Antichrist Ruling the World

Antichrist Ruling the World
Recently several people have raised questions about antichrist ruling the world. These people had been exposed to denominational programs promoting the idea that Christians believe that an antichrist is about to take over the world and rule from David’s throne in Jerusalem.

We have repeatedly pointed out that Jesus did not promote a physical kingdom and He was not concerned about the kingdoms of this world. Jesus made it very clear that He was not establishing an earthly kingdom when He said, “Give to Caesar (earthly government) what is Caesar’s, and to God what is God’s” (Matthew 22:21).

So what does the Bible say about the antichrist and what about the number that is associated with him?

The word “antichrist” is used only five times in the Bible and all five uses are in the two epistles of John. The word “antichrist” is not found in the book of Revelation. According to John anyone who denies that Jesus came in the flesh is an antichrist (1 John 2:22 , 4:3, and 2 John 7). In other words “antichrist” refers to anyone who denies that God became human and dwelt among us (John 1:14). Historically there have been many antichrists, not just one (1 John 2:18).

Also it is important to note that John does not associate a number with an antichrist. The number 666 is found in Revelation 13. The meaning is unclear, but perhaps it is the symbolic number for a Roman emperor.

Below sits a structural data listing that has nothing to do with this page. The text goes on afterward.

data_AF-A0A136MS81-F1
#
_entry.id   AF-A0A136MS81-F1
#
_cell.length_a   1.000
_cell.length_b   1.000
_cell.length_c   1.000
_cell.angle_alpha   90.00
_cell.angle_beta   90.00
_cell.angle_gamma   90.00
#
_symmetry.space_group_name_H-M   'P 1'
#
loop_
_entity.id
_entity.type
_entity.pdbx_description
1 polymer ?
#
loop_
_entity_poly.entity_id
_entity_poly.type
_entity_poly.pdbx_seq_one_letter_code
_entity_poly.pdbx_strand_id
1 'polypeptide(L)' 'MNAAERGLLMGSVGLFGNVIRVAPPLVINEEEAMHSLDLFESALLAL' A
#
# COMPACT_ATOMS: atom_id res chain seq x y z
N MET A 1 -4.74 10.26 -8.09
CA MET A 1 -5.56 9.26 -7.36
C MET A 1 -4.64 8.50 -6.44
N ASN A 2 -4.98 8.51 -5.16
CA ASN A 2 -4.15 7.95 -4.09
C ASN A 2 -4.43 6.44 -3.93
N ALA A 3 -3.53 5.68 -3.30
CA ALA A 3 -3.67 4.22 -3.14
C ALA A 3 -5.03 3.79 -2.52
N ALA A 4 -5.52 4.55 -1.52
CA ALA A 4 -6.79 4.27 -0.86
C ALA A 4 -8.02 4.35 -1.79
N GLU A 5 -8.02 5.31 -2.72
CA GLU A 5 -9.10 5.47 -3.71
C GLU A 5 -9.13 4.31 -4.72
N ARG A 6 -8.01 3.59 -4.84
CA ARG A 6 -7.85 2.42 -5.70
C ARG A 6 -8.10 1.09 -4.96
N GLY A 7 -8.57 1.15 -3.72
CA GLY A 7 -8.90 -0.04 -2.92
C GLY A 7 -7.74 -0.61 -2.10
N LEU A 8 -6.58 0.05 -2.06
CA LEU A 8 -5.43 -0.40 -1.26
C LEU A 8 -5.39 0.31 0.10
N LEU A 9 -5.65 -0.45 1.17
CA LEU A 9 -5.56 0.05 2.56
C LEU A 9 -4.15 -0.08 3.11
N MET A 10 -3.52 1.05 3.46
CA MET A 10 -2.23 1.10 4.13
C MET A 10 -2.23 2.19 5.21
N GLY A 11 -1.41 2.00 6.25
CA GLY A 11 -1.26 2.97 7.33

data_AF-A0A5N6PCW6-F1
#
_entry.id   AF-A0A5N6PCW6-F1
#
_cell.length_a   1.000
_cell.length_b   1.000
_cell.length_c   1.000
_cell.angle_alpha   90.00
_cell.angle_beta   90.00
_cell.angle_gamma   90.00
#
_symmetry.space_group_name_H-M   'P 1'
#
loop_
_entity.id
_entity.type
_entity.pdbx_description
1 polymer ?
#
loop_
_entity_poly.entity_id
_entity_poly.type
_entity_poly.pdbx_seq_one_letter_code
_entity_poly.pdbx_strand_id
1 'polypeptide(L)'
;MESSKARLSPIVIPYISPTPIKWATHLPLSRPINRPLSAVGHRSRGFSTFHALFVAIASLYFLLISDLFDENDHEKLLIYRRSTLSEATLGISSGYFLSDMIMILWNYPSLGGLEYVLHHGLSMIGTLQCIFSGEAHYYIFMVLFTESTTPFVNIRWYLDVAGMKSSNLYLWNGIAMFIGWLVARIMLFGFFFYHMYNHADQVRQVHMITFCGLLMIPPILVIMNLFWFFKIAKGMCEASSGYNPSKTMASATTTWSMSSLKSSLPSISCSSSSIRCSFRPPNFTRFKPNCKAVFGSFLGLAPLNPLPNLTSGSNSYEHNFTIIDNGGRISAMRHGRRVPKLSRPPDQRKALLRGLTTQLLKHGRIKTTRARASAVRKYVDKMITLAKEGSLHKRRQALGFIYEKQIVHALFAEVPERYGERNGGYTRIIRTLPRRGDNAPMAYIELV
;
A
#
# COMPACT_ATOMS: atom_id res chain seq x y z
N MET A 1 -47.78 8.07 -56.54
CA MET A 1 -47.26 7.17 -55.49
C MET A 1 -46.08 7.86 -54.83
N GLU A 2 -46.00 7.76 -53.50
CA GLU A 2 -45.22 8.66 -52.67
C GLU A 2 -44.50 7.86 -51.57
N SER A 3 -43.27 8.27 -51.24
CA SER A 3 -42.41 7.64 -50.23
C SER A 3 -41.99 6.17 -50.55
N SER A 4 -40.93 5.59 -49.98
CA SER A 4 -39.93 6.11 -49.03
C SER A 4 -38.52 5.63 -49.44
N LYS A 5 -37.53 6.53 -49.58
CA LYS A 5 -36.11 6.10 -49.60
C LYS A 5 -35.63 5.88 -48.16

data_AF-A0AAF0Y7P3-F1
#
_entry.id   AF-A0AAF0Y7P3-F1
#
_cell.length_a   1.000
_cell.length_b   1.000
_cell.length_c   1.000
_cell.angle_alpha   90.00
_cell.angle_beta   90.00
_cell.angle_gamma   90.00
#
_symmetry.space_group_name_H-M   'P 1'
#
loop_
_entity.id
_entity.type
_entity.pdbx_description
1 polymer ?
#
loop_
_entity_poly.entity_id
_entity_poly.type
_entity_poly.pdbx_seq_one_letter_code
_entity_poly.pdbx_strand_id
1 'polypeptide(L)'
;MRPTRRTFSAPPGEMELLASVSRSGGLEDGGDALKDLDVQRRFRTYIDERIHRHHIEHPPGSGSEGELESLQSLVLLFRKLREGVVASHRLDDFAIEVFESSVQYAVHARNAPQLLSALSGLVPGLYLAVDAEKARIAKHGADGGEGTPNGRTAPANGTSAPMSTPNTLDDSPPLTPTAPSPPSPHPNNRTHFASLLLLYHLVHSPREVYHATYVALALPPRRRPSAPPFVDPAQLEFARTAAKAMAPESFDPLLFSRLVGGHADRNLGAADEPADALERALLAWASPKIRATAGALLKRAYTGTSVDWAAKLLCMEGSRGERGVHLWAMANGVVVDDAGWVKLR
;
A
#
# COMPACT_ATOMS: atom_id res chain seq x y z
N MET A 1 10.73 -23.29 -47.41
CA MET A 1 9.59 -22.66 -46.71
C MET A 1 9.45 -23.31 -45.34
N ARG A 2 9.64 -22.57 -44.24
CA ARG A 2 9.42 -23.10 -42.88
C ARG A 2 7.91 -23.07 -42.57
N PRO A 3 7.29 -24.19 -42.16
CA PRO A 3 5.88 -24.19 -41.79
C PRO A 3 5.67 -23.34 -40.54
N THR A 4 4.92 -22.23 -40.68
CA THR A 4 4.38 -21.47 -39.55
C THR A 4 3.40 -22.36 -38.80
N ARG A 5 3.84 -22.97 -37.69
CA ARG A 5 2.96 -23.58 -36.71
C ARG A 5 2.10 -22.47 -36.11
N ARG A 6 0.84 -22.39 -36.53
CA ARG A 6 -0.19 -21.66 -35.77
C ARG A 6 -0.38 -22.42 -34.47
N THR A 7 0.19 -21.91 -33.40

Jesus said His kingdom was “not of this world” (John 18:36). Attempts by denominational teachers to politicize the Bible and predict an antichrist ruling the world are not helpful. As John wrote two millennia ago, “…many antichrists have come.” We are waiting for the coming of Christ, and we don’t know when that will be.
–John N. Clayton © 2017

Lukewarm Laodicea – Archaeological Evidence

Ruins of Lukewarm Laodicea
Ruins of Lukewarm Laodicea

Jesus addressed lukewarm Laodicea in a letter recorded in Revelation 3:14-22. In verses 15 and 16, Jesus told the congregation in that city that they make him sick because of their lukewarmness. There are many reasons for this lukewarmness. One of them appears to have been their compromise with religious pluralism.

An article in the March/April 2017 issue of Biblical Archaeology Review describes the apparent history of the church in that city. The archaeological artifacts found there give evidence of great financial prosperity in the city. There are also columns and tablets showing a collection of religious symbols from different faiths. One column has a menorah, a lulav (palm branch), a shofar (ram’s horn), and a cross. The Christian cross extends from the Jewish menorah and seems to connect the Laodicean church to the synagogue.

In the Apostle Paul’s letter to the Galatians, he addressed all of the churches in that region, including Laodicea. Paul primarily argued against the way many Christians were returning to following the laws and restrictions of the Old Testament. He wrote these rebuking words:

“I am astonished that you are so quickly deserting the one who called you by the grace of Christ, and are turning to a different gospel—which is really no gospel at all. Evidently some people are throwing you into confusion and are trying to pervert the gospel of Christ” (Galatians 1:6, 7 NIV).

While we as Christians are to love and support others of a different faith, we are not to meld our faith into theirs. Lukewarmness is one of the products of such compromise. Religious pluralism didn’t work for lukewarm Laodicea, and it doesn’t work today.
–John N. Clayton © 2017